Jenni: And what’s going on in the Southeast region – our one to watch.
Maze: This is the region I continue to call out because we are still seeing Southern Florida heat up, not just Southern Florida, but just about all of Florida. And this could really point to produce season starting to pick up. Now one big change I would say is the Atlanta market. This is the largest market by volume out of the Southeast and on the East Coast. Last week we talked about how this market was starting to tighten. Capacity was getting a little more difficult. Well, just one week later, Jenni, we’re starting to see relief as rates continued to decline over the past week and I don’t think we’re going to see a change this coming week.
Jenni: Okay, well, I know we’re all dying to know what’s going on in the West Coast. So Maze, do you have any call outs, anything of note there? I know that all of our carriers that are listening right now especially want to hear about it.
Maze: It’s looking like one of the most optimistic origins for carriers. A lot of markets out in the West Coast are continuing to see that trend of increasing rates. Just take Southern California, Los Angeles and Ontario are now seeing over four weeks of continued rate increases. Yes, they are slim, but Jenni, they add up for carriers. Now one area of optimism for shippers is outbound Denver. We are now continuing to see rates decrease outbound Denver as we are, let’s hope, in the clear of bad weather for the rest of the year. When we move on down to Arizona – this is another flag for produce as the Phoenix market and all other markets throughout Arizona are really starting to see pretty substantial rate increases week over week. And like I called out earlier in the episode, Jenni, the Fresno market in Northern California, which is a pretty sizable market for produce, is continuing to see increases, pointing to potential pickup in produce a little early this year.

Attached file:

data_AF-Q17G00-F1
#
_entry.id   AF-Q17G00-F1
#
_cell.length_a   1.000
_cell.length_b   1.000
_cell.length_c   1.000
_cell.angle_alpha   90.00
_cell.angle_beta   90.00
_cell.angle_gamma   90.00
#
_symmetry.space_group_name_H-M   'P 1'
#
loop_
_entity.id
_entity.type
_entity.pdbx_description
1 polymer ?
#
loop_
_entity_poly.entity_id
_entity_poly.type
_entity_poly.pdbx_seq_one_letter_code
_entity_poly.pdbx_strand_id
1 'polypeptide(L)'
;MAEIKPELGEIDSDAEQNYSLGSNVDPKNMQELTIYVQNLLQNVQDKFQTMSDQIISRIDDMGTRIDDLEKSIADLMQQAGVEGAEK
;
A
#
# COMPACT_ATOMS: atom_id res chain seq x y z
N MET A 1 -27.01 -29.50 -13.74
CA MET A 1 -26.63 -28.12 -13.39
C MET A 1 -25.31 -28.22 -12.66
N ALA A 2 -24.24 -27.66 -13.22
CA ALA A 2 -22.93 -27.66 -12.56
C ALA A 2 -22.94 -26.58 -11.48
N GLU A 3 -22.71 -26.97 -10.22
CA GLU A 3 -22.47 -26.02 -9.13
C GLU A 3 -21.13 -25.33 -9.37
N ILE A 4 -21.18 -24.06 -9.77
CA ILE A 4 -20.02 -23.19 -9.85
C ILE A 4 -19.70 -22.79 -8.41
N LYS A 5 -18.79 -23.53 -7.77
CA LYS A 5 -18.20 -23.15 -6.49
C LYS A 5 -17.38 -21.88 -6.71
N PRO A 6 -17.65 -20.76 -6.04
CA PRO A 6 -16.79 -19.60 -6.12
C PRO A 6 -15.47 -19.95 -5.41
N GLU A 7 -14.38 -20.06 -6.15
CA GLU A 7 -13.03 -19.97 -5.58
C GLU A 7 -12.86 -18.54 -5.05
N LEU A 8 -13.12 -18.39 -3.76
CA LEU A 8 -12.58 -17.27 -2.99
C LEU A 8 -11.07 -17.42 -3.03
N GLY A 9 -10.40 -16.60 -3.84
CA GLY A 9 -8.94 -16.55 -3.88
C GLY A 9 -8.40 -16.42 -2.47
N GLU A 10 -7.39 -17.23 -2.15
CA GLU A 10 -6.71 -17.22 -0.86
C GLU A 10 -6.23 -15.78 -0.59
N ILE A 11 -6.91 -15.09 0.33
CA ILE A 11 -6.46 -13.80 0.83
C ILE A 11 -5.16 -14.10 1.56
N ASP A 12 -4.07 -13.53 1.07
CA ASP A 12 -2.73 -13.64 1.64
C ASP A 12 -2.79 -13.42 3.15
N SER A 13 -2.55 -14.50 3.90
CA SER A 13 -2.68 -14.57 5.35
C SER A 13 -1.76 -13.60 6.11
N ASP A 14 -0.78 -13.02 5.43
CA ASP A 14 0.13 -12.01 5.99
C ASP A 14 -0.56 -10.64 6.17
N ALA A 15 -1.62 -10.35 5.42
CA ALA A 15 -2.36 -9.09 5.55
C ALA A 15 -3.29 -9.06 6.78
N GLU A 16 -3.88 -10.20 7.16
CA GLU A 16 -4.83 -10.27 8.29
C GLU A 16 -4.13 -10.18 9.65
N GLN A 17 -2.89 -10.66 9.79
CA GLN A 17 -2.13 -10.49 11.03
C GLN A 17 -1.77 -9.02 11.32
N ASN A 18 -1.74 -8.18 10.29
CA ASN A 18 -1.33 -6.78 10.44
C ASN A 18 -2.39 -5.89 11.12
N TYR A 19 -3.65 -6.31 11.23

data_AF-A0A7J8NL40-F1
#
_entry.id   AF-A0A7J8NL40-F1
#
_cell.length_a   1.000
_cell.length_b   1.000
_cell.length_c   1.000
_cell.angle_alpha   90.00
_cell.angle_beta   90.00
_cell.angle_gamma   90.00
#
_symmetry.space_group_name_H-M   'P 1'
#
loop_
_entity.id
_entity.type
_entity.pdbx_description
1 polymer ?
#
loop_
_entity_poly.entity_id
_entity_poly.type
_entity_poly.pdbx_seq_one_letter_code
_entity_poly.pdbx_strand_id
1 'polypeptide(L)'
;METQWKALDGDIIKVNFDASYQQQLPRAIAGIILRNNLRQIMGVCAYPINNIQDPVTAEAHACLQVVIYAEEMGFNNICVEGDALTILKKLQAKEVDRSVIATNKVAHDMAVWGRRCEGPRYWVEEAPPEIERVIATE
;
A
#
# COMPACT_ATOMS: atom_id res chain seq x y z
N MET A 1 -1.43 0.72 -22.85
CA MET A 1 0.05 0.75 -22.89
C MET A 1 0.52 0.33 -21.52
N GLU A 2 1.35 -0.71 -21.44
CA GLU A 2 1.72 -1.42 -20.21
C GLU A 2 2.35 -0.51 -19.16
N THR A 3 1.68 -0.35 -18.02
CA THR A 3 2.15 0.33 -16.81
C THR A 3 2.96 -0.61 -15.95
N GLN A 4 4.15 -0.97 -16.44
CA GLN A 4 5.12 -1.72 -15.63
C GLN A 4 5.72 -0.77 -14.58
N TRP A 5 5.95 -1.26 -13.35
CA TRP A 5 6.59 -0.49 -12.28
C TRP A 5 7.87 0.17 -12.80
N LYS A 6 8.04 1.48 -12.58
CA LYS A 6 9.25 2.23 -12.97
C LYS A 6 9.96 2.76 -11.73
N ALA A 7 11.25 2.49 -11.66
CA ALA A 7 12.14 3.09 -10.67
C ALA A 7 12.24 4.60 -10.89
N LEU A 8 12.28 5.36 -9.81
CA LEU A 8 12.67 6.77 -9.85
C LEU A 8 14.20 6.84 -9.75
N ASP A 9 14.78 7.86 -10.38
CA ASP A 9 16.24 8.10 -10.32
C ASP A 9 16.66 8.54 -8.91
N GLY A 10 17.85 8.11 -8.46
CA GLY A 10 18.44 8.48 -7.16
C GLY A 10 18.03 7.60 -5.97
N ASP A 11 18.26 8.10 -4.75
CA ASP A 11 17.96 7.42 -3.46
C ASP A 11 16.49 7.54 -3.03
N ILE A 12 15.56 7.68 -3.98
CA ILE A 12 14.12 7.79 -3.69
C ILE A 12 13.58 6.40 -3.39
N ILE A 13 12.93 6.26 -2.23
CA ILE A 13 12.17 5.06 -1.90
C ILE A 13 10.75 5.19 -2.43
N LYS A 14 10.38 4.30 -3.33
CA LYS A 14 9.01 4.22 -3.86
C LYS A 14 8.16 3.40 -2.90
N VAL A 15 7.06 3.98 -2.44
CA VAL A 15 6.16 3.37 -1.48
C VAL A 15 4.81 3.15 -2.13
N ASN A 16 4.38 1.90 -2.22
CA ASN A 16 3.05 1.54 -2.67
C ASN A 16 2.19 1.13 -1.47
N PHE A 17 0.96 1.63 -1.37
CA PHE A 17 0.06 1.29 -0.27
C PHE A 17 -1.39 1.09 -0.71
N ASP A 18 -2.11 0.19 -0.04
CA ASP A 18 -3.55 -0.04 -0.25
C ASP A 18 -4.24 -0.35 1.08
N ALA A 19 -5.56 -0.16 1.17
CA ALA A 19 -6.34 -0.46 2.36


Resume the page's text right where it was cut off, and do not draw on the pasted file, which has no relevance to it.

Jenni: Man, there is definitely a lot happening over there on the West Coast. But what’s going on in the South, Maze?
Maze: It’s definitely a mixed story. Like we called out last week, it’s not really pointing to anything saying produce is coming through the border markets as most of Texas continues to see downward pressure on rates. Actually, Jenni, just about every market except for Texarkana, Texas. Now Dallas, Fort Worth, El Paso, Laredo, Houston – the larger markets throughout Texas -continue to see that downward pressure with rates decreasing week over week for the second week in a row.
Jenni: Yeah, I feel like there’s a lot happening, but at the same time, not a lot happening. How can that be?
Maze: That’s right, Jenni. Not much of a difference. But we used to talk about crystal ball and how high are rates going to go, how long are they going to stay this high throughout the pandemic? And at this point, I see us ending the year right around where we are today. I think there’s going to be periods where we see the national average dip a little bit lower and then increase as well. But one thing that I cannot hammer away enough is carriers understanding the market to make the most of it, especially again if you do not run consistent contract freight. Know what markets and regions are hotter which months, because these things do change pretty rapidly.
Jenni: No truer words have ever been said on this podcast. If you hear this episode, carriers, and you find it helpful, please share it with your network. It’s really great to stay on top of these things. We’ll see you next week with an all new episode of The Transfix Take podcast.
Until then, everyone, please drive safely